2: As insulation standards improve thermal bridges become a much greater part of overall heat-loss, so now instead of being able to put in a default of 0.08 for thermal bridging if using Accredited Construction Details, all non repeating thermal bridges (wall corners, roof wall junction, floor wall junction, party walls, lintels etc) have to be individually calculated as part of the SAP calculations.
With thermal bridges making significant difference to carbon emissions in a Part L 2010 dwelling, care needs to be taken in the design to reduce use of elements such as solid-steel lintels (insulated ones are much better), flat roofs with parapets, gable ends with roof insulation at ceiling level (at rafter level is much, much better) and use the best details possible for floor wall junctions as these are the worst thermal bridge offenders.
If ACD or Enhanced Construction Details are not used, there are substantial carbon penalties added to the calculation and likewise if quality control in their use and construction cannot be proved there are also substantial carbon penalties. This is therefore an area to take quite seriously.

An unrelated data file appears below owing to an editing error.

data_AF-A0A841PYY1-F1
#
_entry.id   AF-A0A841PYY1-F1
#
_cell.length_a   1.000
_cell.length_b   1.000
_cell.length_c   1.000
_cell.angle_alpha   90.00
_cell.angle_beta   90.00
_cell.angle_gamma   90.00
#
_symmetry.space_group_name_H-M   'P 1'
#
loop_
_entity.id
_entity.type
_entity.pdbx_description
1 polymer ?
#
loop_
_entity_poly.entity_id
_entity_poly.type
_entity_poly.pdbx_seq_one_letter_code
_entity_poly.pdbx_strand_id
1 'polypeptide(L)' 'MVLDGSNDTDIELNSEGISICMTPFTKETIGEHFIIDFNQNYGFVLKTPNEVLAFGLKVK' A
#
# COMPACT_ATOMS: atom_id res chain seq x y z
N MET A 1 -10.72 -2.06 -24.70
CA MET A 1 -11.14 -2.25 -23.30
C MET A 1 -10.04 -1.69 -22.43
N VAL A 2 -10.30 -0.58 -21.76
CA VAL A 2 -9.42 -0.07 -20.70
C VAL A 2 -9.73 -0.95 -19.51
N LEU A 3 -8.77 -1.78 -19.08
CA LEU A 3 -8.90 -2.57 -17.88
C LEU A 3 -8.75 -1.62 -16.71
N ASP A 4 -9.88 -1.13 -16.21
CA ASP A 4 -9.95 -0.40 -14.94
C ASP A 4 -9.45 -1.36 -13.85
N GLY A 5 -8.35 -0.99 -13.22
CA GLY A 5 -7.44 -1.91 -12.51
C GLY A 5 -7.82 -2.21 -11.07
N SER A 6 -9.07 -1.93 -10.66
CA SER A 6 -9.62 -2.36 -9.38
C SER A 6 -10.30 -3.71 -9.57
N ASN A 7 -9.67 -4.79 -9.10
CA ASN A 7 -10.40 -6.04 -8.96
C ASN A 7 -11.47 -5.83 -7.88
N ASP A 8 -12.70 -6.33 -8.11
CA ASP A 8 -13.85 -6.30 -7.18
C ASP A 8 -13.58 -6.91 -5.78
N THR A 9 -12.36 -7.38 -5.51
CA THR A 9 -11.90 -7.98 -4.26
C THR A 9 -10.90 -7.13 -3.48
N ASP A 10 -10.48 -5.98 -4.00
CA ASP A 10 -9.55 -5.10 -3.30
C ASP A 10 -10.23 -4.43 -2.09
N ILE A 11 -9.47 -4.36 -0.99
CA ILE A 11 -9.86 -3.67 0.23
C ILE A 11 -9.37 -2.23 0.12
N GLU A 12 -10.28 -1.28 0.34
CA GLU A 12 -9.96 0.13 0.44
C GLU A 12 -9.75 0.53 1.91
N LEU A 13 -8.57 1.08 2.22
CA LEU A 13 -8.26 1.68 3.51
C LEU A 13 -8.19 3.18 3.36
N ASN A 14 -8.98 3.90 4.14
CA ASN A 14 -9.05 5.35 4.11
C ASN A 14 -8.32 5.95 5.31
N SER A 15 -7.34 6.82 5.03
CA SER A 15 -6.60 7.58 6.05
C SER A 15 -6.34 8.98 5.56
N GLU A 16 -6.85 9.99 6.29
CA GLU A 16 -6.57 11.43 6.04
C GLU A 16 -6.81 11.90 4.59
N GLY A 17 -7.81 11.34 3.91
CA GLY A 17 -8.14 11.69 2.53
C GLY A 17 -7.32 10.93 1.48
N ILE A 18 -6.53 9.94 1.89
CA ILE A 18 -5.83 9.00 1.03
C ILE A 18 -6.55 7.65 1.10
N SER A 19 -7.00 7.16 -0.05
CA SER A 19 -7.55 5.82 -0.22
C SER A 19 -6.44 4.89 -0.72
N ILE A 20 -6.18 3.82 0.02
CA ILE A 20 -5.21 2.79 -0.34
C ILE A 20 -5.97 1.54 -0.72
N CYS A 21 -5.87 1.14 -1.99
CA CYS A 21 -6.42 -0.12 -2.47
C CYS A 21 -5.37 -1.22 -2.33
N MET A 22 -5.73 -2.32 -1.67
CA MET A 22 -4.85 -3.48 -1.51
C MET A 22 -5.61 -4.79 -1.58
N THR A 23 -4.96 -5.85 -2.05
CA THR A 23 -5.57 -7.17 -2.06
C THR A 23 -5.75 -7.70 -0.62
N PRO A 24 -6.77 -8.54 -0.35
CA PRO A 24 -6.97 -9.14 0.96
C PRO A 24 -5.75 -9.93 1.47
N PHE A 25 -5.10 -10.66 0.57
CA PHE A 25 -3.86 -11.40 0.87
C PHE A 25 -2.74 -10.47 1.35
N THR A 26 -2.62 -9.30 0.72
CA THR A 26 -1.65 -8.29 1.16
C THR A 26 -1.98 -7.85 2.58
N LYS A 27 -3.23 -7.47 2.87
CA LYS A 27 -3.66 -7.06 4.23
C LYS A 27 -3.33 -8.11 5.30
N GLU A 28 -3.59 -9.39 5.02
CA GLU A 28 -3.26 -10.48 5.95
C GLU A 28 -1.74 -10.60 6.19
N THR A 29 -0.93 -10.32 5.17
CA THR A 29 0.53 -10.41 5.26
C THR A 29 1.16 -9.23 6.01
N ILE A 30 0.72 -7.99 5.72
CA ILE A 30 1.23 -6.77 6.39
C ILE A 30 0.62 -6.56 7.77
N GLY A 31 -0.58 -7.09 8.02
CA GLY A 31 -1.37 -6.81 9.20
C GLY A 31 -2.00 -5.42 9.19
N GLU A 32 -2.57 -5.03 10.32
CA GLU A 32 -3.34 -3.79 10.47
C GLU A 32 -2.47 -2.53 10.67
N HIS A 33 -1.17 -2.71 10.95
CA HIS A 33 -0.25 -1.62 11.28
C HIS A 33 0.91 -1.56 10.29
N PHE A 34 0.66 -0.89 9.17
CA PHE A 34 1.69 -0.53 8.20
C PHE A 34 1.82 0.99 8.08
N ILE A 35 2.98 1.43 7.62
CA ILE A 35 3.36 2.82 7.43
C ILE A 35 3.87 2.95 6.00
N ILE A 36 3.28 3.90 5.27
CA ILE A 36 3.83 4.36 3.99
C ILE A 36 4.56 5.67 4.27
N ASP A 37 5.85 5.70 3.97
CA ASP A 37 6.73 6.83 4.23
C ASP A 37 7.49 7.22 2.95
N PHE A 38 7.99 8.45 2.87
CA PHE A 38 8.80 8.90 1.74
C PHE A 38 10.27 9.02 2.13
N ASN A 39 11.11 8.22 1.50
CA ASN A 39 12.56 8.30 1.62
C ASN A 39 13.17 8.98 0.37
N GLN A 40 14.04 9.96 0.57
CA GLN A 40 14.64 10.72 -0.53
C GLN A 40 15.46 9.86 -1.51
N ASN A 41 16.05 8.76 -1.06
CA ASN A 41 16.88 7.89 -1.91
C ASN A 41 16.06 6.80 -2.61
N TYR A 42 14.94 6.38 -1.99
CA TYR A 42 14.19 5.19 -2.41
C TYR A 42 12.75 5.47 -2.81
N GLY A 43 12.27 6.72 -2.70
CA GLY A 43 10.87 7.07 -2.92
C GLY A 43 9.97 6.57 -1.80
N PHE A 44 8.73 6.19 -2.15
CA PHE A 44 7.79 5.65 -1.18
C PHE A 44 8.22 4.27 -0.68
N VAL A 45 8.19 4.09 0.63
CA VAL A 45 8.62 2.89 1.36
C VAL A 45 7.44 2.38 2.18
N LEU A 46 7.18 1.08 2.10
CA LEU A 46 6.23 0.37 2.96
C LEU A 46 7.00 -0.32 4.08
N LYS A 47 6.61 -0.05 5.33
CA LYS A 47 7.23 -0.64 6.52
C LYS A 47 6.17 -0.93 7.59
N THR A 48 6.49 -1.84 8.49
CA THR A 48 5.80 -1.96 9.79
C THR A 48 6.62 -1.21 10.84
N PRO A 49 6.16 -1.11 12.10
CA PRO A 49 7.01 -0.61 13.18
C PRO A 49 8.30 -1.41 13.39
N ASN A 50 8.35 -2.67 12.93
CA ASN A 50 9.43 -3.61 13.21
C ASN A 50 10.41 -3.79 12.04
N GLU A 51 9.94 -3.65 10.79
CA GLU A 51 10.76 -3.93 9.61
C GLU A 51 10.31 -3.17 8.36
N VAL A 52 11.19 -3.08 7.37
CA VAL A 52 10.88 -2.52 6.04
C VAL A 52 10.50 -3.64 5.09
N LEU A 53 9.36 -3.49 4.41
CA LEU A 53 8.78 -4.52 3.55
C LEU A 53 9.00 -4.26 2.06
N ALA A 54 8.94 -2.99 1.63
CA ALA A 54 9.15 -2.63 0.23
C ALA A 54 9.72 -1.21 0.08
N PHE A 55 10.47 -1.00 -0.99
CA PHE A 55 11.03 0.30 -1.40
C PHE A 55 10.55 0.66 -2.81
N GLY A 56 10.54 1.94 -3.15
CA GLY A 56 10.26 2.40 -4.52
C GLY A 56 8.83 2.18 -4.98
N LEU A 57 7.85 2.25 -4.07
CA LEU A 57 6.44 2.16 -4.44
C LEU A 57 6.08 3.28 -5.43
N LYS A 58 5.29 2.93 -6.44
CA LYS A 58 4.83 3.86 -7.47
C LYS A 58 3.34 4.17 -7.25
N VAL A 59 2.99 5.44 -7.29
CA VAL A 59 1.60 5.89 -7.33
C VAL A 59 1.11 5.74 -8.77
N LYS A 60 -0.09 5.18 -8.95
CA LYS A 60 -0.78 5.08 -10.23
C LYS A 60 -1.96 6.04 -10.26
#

3: Party Walls are now taken into account as it’s been discovered that they have heat loss as well. To get a party wall to a zero U value, as was just assumed previously, is quite difficult and needs to be designed in right from the start. There is a lack of ACD/ECD party wall details at the moment but these should be available very soon.
4: Thermal mass is being taken into account for the first time as well. This is a little understood phenomenon however, in brief, in a poorly insulated dwelling you don’t want much thermal mass but in a highly insulated one you do because used intelligently it can give significant benefits in heating and cooling. With a dwelling just passing Part L 2010 however it has an effect but it is not that great.
5: The minimum air tightness requirement of 10m3/hm2 requirement remains the same unless building a development of more than two houses, however reducing air permeability is a very good way of reducing carbon emissions (see conclusion below).
6: Whereas under Part L 2006 secondary heating was assumed to be electric (which added considerably to the carbon emissions) under Part L 2010, only secondary heating actually specified will be used in the calculations; therefore anything burning wood in a controlled manner will help but gas points and gas fires will make the DER worse.